This is an ultrasound test of your heart that requires you to lie on your left side (and briefly on your back as well) for approximately 30 – 45 minutes although you should plan on spending at least one hour from your arrival at the office until you leave. There is no special preparation for this test.

Echocardiography is a technique that uses sound waves to create pictures of the heart. These pictures allow physicians the ability to assess the valves of the heart as well as the size and function of the chambers. Your doctor may ask you to have an echo in order for the cardiologist to*:

  • Assess the overall function and size of your heart.
  • Determine the presence of many types of heart disease. This can includes conditions such as
    — valvular heart disease [when valves leak too much (regurgitation) or do not open adequately (stenosis)],
    — myocardial disease (heart muscle problems that often cause congestive heart failure),
    — pericardial (the lining around your heart or “bag” that your heart lies in) disease,
    — cardiac masses (things that should not be in your heart) and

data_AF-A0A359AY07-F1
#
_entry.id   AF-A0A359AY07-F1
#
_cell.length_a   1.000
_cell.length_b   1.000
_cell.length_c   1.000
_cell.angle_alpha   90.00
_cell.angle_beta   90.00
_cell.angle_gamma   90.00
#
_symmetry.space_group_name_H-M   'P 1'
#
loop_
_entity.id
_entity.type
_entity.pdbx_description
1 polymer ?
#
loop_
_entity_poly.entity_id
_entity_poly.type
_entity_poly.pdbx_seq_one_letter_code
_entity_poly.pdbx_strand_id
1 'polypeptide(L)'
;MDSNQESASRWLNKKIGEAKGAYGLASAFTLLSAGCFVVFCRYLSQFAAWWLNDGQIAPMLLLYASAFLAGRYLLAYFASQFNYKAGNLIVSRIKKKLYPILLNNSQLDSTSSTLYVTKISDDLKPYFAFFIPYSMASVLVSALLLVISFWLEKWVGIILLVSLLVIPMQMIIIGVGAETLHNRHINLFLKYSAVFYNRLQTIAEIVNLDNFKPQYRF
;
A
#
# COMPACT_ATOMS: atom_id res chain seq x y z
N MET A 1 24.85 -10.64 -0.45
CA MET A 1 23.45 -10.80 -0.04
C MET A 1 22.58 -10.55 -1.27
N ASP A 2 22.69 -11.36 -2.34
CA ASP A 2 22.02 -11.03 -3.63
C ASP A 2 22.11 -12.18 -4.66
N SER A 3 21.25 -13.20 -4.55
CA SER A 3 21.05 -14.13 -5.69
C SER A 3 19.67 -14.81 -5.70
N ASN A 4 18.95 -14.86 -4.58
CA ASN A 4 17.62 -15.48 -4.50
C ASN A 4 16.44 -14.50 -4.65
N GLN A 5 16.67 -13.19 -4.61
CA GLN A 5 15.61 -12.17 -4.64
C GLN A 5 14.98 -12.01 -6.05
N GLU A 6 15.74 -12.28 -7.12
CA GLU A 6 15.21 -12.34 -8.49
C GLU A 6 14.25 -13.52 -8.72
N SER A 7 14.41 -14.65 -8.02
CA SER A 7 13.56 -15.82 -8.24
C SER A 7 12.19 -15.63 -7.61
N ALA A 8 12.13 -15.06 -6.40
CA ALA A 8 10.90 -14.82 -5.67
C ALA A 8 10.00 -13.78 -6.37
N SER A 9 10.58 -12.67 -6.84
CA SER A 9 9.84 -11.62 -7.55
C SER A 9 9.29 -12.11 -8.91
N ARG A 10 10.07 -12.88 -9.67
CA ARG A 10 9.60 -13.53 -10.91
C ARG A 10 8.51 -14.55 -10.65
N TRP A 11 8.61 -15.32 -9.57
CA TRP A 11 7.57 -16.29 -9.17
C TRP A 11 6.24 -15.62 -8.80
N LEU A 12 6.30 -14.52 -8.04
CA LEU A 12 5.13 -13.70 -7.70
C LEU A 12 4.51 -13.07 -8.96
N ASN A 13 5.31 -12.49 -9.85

— congenital heart disease (abnormalities of the heart present since birth).
  • Follow the progress of valve disease or heart failure over time.
  • Evaluate the effectiveness of medical or surgical treatments.

*While these are the most common reasons, other reasons might obviously lead to appropriate testing.


No preparation is necessary for this examination, although you may want to avoid a large meal for 2 hours before the test for your own comfort. Please take your usual medications as prescribed by your physicians.


A cardiac ultrasonographer will ask you to remove your clothing from the waist up and change into an examination gown. Electrodes will be placed on your chest to allow the sonographer to monitor your heart’s electrical activity during the study. You will be asked to lie on your left side on a special ultrasound table. The sonographer will place a hand-held wand (a scanning device called an ultrasound transducer) on several areas of your chest. The wand will have a small amount of clear gel on the end. The gel may feel cool, but will not harm your skin. You will hear some sounds during the examination, which is part of the normal Doppler signal (which measures actual blood flow). The test will take between 30 and 45 minutes to complete. Please take your usual medications unless instructed by your physician.

NOTE: Do not discontinue any medication without first talking with your physician. If you have any questions, please feel free to call our office at (586) 468-8500. Thank you.